And the Dutch are terribly worried. Global warming brings us all together this holiday season.
First, vast underground coal fires in China and elsewhere are spewing tremendous amounts of carbon dioxide into the atmosphere, presumably — lots of presuming here — exacerbating global climate change. Andries Rosema, director of the Environmental Analysis and Remote Sensing Company in Delft, The Netherlands, observes:
The CO2 production of all of these fires in China is more than the total CO2 production in The Netherlands…This amounts to 2-3% of the annual worldwide production of CO2 from fossil fuels, or as much as emitted from all of the cars and light trucks in the United States.”
Which spells a moist doom for the traditional Scandinavian Christmas decoration, the gingerbread house.
STOCKHOLM (AFP) – Sweet-toothed Swedes who have spent hours constructing edible Christmas gingerbread houses are seeing their creations collapse in the Scandinavian country’s unusually damp winter, suppliers said.
“The damp weather spells immediate devastation for gingerbread houses. The problem is the mild winter,” spokesman at Sweden’s leading gingerbread wholesaler Anna’s, Aake Mattsson, told Swedish news agency TT.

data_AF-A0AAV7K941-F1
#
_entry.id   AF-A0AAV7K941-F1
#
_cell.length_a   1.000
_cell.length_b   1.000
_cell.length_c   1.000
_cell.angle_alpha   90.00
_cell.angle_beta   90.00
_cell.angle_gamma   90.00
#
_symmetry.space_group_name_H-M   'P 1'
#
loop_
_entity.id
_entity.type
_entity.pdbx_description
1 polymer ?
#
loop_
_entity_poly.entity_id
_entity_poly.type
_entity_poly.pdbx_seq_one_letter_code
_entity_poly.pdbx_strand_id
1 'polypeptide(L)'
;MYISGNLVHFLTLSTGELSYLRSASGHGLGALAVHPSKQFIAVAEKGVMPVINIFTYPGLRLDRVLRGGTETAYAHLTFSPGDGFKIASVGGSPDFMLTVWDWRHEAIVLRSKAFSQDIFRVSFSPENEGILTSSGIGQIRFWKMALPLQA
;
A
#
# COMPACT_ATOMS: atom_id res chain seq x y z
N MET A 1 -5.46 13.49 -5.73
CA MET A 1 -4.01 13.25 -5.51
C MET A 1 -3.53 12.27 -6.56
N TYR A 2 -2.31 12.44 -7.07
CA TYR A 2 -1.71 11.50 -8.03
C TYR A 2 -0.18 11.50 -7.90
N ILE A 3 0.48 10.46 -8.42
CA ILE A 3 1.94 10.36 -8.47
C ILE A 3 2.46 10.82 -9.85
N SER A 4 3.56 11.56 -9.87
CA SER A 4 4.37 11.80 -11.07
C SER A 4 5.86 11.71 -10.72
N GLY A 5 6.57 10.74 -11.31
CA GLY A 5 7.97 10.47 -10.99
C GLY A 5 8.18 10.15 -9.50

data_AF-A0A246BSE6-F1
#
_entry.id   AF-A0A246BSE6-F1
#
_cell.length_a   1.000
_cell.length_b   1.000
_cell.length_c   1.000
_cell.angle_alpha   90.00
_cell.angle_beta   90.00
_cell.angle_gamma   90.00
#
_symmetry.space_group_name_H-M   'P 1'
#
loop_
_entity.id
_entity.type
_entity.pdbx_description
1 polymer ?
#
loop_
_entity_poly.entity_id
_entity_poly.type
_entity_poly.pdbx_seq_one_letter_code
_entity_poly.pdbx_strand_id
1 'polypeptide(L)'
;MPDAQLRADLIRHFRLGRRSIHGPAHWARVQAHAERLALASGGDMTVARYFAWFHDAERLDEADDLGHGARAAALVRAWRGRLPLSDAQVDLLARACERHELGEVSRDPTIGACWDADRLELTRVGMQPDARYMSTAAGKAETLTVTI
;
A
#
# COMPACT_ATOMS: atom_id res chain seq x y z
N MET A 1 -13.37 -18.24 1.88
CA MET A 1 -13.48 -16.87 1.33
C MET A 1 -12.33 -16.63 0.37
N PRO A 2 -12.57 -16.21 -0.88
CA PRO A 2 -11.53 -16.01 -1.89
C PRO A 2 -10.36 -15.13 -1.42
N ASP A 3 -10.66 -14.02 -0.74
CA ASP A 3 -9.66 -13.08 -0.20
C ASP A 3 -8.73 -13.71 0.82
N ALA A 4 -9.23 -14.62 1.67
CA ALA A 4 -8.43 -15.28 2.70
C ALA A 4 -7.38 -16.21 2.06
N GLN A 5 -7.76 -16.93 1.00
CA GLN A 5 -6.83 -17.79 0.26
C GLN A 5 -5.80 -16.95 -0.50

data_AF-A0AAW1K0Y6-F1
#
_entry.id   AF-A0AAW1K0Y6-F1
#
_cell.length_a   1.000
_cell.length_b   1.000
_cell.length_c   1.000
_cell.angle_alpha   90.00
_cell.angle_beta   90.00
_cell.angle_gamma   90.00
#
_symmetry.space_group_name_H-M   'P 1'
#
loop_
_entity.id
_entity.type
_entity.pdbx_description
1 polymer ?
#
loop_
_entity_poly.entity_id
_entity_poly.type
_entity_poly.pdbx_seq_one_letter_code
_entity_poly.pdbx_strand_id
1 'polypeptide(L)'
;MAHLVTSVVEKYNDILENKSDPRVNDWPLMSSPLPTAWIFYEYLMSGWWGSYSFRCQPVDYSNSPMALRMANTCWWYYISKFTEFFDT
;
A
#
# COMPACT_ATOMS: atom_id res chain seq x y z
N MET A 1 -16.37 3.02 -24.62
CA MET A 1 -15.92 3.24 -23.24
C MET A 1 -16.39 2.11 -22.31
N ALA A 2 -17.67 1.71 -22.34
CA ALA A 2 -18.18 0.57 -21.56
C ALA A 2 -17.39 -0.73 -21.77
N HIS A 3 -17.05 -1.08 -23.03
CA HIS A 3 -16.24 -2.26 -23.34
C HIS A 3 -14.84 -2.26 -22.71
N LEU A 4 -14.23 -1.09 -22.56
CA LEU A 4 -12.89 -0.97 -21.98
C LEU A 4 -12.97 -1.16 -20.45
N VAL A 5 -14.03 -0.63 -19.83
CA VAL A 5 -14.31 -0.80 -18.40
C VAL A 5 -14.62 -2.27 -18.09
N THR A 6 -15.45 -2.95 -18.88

To be fair, Mattsson does not blame climate change in the story, it’s the headline writer who opines, absent facts, “Gingerbread houses latest victim of global warming.”
Seeking revenge, Swedish rowdies have taken to the streets.
(12/18/06 – STOCKHOLM, Sweden) – Vandals tried to set fire to a giant straw goat in central Sweden but failed to burn down the traditional Christmas monument, which has been soaked with flame-resistant chemicals, officials said Friday.
The overnight raid was the season’s first attack on the 43-foot-high Christmas goat in the city of Gavle, 90 miles north of Stockholm. The goat has been burned down more than 20 times in the last 40 years in what has become a yule tradition.
Thereby worsening global warming. It’s a horrible cycle.
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